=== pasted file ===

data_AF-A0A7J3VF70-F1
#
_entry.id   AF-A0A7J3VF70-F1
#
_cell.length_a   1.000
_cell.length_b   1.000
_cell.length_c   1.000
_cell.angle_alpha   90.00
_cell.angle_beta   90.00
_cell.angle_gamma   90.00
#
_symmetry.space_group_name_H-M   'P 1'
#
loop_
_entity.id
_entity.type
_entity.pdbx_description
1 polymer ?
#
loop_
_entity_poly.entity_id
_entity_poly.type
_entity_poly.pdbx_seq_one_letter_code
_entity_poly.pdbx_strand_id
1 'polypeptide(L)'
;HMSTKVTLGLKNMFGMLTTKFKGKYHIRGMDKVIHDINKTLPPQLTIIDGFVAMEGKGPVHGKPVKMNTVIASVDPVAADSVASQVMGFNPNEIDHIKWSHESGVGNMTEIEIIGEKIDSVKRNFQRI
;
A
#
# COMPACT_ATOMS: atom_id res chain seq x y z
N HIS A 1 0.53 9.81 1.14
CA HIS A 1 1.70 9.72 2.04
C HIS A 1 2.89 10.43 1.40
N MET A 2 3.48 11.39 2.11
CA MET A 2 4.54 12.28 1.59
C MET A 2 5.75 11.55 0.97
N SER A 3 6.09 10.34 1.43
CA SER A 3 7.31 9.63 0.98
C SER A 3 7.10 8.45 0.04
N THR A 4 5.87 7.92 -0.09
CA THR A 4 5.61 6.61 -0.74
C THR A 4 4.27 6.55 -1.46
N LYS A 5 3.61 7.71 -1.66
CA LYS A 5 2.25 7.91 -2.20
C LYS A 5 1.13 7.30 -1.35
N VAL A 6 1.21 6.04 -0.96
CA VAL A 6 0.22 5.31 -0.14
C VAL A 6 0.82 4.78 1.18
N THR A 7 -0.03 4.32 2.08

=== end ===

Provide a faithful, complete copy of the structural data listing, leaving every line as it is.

data_AF-A0A7J3VF70-F1
#
_entry.id   AF-A0A7J3VF70-F1
#
_cell.length_a   1.000
_cell.length_b   1.000
_cell.length_c   1.000
_cell.angle_alpha   90.00
_cell.angle_beta   90.00
_cell.angle_gamma   90.00
#
_symmetry.space_group_name_H-M   'P 1'
#
loop_
_entity.id
_entity.type
_entity.pdbx_description
1 polymer ?
#
loop_
_entity_poly.entity_id
_entity_poly.type
_entity_poly.pdbx_seq_one_letter_code
_entity_poly.pdbx_strand_id
1 'polypeptide(L)'
;HMSTKVTLGLKNMFGMLTTKFKGKYHIRGMDKVIHDINKTLPPQLTIIDGFVAMEGKGPVHGKPVKMNTVIASVDPVAADSVASQVMGFNPNEIDHIKWSHESGVGNMTEIEIIGEKIDSVKRNFQRI
;
A
#
# COMPACT_ATOMS: atom_id res chain seq x y z
N HIS A 1 0.53 9.81 1.14
CA HIS A 1 1.70 9.72 2.04
C HIS A 1 2.89 10.43 1.40
N MET A 2 3.48 11.39 2.11
CA MET A 2 4.54 12.28 1.59
C MET A 2 5.75 11.55 0.97
N SER A 3 6.09 10.34 1.43
CA SER A 3 7.31 9.63 0.98
C SER A 3 7.10 8.45 0.04
N THR A 4 5.87 7.92 -0.09
CA THR A 4 5.61 6.61 -0.74
C THR A 4 4.27 6.55 -1.46
N LYS A 5 3.61 7.71 -1.66
CA LYS A 5 2.25 7.91 -2.20
C LYS A 5 1.13 7.30 -1.35
N VAL A 6 1.21 6.04 -0.96
CA VAL A 6 0.22 5.31 -0.14
C VAL A 6 0.82 4.78 1.18
N THR A 7 -0.03 4.32 2.08